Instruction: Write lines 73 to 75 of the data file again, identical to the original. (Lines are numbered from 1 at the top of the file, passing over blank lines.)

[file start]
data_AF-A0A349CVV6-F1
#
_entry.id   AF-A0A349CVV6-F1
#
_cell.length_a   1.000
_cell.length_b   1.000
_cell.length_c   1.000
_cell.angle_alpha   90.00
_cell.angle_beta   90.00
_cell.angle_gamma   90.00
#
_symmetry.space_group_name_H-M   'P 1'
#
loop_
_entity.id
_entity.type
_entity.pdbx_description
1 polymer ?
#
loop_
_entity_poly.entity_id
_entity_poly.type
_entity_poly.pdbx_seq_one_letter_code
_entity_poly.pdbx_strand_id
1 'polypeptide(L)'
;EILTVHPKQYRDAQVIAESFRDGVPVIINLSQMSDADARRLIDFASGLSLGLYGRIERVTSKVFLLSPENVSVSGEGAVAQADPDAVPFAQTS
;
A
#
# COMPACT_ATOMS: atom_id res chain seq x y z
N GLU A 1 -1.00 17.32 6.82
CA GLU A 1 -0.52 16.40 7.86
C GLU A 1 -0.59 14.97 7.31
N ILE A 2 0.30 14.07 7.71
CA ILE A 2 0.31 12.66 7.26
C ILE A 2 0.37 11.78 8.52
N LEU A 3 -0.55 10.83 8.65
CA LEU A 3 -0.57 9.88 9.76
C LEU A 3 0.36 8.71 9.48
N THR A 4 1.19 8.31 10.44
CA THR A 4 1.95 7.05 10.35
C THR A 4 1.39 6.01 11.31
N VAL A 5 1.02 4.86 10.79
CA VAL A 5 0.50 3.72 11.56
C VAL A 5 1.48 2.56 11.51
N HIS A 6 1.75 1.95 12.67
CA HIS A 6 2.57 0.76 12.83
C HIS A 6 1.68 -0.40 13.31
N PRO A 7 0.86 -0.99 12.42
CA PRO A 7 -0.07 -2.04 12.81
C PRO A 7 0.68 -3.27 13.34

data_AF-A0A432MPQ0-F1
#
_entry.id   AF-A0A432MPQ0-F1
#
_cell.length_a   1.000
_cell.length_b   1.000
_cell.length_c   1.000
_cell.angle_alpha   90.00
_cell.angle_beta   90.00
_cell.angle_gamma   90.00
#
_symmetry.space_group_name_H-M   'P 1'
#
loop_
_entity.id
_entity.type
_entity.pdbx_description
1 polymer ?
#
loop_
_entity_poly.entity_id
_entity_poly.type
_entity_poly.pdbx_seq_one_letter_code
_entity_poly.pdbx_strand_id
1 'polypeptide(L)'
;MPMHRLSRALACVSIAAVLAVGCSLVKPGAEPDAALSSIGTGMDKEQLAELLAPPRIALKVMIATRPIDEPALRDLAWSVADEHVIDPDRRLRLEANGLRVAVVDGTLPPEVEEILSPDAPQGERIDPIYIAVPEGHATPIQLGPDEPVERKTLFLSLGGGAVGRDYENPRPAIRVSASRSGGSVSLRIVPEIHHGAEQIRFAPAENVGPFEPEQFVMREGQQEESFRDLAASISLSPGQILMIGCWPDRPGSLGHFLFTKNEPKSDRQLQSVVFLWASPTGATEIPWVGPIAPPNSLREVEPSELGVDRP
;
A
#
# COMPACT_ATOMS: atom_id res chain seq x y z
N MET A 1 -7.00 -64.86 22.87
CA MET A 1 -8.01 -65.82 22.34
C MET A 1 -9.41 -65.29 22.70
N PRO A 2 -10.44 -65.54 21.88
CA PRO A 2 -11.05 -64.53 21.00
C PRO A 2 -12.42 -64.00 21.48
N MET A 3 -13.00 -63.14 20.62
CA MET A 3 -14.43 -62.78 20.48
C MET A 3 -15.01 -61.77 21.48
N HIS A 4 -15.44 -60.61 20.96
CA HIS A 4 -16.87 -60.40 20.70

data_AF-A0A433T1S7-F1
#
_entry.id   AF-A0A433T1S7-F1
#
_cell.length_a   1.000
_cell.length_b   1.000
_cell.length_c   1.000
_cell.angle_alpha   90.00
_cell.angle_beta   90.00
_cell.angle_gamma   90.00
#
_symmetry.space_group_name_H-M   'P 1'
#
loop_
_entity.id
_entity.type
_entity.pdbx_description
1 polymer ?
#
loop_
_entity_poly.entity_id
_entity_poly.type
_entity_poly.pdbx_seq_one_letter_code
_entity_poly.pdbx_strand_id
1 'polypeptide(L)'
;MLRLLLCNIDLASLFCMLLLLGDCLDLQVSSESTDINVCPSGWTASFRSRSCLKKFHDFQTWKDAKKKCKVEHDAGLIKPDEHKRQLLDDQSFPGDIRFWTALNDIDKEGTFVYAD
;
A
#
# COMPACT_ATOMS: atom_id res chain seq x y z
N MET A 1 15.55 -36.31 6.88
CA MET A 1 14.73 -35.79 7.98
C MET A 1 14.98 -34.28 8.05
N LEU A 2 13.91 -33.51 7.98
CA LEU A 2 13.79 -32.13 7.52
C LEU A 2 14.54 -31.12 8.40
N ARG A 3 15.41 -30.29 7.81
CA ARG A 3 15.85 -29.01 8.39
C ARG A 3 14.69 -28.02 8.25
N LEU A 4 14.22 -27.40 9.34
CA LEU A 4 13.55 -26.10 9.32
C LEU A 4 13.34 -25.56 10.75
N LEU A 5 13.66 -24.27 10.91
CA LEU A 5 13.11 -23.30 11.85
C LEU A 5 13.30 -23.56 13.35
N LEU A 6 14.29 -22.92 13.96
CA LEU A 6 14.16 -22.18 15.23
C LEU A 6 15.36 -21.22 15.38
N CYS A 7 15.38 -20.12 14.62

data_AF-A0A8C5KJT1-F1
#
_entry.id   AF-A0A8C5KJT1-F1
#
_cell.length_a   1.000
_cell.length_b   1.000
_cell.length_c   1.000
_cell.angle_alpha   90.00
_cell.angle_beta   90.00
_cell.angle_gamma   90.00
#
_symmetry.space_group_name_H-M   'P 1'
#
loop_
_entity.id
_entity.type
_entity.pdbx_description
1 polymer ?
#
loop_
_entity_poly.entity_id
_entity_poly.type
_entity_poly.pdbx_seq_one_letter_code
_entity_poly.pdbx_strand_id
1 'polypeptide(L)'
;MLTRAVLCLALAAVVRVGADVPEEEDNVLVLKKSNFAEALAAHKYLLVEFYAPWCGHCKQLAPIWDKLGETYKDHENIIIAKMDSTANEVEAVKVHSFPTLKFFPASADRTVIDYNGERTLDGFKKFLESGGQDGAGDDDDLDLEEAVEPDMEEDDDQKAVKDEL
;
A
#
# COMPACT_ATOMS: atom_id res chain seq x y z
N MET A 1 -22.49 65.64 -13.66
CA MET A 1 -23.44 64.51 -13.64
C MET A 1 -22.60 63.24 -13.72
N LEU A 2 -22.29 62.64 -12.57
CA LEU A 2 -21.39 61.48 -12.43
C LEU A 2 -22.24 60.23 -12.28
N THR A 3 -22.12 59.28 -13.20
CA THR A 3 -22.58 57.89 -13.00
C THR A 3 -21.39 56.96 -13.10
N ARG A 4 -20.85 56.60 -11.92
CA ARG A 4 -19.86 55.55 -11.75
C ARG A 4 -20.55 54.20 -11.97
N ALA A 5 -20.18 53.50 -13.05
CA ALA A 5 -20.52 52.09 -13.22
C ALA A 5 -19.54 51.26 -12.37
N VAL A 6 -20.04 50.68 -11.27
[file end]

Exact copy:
_entity_poly.type
_entity_poly.pdbx_seq_one_letter_code
_entity_poly.pdbx_strand_id